My elders taught me: aspects of Western Great Lakes American Indian philosophy
In this book the author examines various aspects of a selection of Western Great Lakes American Indian philosophical traditions and beliefs. He combines over forty years of stories, anecdotes, and observations learned from Western Great Lakes tribal elders into a coherent and thought-provoking philosophy text which challenges readers to look beyond their own cultural prepossessions and discover a method of asking questions where the answers come from within.
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From Another Perspective
The Atisokanak World
Creation and the Early Earth World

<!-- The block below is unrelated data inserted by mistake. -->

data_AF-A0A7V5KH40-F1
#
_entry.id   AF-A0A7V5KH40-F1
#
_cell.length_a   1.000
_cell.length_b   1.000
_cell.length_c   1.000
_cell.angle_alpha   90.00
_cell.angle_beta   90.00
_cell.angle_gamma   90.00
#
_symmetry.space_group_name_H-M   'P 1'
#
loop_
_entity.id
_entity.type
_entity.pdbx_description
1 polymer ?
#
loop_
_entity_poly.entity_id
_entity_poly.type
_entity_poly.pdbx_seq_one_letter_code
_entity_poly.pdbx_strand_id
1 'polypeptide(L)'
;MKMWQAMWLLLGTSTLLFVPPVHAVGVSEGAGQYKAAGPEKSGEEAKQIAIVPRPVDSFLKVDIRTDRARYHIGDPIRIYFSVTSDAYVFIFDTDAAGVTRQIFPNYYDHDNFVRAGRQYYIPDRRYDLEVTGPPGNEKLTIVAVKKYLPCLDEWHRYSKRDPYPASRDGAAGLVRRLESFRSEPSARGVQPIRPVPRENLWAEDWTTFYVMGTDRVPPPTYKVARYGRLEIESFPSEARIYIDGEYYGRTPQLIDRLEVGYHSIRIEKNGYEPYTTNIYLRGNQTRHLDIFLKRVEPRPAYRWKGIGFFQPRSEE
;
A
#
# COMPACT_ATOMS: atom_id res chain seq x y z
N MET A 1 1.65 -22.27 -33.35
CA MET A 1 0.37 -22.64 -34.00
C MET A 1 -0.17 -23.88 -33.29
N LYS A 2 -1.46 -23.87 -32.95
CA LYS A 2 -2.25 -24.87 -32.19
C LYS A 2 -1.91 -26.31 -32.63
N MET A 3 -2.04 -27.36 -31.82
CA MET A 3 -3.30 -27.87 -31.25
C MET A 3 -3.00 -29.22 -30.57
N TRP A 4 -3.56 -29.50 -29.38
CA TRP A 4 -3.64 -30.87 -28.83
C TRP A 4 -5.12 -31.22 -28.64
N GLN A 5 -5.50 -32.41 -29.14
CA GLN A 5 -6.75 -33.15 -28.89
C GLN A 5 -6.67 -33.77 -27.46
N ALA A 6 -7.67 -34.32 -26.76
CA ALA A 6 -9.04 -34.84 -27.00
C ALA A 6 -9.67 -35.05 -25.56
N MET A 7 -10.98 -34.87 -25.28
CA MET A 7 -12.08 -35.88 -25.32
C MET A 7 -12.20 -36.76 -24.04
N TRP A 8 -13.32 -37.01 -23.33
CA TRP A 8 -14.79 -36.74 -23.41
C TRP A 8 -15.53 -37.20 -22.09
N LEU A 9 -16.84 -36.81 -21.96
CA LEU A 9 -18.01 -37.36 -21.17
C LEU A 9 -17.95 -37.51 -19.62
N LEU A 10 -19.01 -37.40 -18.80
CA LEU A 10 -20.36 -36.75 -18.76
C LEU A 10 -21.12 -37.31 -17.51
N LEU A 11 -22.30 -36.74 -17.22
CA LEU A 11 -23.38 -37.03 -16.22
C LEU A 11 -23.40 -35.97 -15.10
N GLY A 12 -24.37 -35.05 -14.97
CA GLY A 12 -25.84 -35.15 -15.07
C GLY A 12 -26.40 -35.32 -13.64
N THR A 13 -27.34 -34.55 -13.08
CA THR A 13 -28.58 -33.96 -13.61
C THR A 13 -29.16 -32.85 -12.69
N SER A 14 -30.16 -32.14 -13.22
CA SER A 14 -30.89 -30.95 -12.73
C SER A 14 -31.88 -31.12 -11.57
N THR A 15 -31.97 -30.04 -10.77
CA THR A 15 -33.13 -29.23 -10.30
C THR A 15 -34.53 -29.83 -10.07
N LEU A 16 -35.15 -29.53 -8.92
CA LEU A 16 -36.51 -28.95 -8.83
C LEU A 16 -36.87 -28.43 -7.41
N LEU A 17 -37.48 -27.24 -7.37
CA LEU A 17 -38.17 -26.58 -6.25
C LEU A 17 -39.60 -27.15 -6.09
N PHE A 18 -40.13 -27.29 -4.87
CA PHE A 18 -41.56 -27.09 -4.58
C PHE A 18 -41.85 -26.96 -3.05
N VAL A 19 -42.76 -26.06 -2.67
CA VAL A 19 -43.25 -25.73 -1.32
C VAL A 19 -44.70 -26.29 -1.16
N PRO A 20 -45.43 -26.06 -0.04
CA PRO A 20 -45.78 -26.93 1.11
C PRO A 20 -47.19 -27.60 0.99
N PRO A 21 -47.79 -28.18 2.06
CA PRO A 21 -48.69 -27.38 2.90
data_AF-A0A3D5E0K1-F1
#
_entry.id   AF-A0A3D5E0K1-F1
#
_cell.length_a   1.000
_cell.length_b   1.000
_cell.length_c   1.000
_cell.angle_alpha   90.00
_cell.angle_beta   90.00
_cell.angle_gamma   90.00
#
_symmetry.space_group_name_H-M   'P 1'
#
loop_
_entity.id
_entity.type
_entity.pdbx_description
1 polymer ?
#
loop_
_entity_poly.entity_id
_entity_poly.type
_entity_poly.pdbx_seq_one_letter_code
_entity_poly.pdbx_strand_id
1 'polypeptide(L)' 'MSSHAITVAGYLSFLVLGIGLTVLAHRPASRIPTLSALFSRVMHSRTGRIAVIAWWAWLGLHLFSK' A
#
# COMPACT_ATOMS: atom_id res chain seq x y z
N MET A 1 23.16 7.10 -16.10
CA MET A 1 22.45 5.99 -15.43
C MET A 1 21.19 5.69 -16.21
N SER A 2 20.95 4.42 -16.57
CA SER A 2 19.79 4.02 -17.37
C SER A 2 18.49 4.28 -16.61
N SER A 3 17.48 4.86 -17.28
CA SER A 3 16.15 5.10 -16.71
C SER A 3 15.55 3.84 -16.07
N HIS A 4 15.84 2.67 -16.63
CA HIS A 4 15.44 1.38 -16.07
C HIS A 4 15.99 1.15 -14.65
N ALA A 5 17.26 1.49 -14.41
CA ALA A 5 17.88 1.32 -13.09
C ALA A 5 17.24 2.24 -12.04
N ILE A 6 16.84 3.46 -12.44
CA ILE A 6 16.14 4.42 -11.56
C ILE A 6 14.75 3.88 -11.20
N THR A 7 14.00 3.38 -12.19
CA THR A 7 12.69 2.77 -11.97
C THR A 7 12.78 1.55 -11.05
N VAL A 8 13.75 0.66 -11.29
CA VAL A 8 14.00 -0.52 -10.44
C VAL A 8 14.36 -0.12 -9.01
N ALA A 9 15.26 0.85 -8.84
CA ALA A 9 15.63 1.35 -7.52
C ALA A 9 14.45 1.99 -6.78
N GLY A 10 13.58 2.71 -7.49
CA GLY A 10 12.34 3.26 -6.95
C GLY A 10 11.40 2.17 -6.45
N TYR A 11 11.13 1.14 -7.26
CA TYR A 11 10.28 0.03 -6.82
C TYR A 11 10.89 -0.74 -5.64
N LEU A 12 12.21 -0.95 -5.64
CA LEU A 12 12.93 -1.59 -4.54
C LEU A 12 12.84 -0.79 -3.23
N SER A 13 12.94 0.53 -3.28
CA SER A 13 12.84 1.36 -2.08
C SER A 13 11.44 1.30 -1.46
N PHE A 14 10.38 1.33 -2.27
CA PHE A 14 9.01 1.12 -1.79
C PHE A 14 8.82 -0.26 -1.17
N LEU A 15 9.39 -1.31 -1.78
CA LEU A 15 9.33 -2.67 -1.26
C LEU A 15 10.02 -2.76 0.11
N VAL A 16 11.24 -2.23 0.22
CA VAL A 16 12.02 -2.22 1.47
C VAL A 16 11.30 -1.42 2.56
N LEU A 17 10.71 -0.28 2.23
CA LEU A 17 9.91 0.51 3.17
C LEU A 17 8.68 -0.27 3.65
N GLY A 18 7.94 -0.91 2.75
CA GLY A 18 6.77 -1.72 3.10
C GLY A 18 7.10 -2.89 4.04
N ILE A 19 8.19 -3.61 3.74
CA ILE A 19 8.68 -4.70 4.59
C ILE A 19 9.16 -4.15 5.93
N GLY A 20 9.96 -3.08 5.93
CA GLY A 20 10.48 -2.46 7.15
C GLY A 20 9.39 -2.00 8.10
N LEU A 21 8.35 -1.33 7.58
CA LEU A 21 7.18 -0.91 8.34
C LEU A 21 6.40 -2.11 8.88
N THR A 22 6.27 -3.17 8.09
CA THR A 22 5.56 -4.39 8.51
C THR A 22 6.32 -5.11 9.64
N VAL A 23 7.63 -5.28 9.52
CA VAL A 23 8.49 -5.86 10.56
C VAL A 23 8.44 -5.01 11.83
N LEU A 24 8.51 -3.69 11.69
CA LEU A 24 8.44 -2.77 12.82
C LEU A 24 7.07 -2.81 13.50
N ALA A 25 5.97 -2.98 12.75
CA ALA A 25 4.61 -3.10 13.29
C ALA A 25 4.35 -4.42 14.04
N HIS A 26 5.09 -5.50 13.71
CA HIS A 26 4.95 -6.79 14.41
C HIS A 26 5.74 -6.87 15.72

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ability afterworld Algonquian languages American Indian metaphysics American Indian philosophy ancient Animal-People animals appears aspects Atisokanak Guardian Atisokanak Persons Atisokanak World Basil Johnston Bear belief Bird-People called cannibalism ceremony circle concept conduits craft created creature Crick Discarnate Entities Edward Benton-Banai Elders taught Elders told European existence female Ghost ghost-portion gift Gitchi Manitou grayish-black Heavens hierophanies hill honor human individual island Kinnikinnick Lakes American Indian legends Life-Form Masters live in balance located Mahng male manifest manitos Morning Star nature Nokomis Now-World body Now-World Persons objects offering Ojibway one's ontology oral tradition path Paueeseegug perceive phenomenon physical planet Plant-People poltergeist potential psychokinesis Pyawasit reincarnation relationship ritual rock scholars shaman sometimes Soul soul dualism sound story Sun Spirits Supreme symbol telepathy thought Thunderbirds Thunderers Tree Underwater Panthers universe University of Wisconsin-Milwaukee village Vision Quest experience Western Great Lakes Wind Windigo woman world view young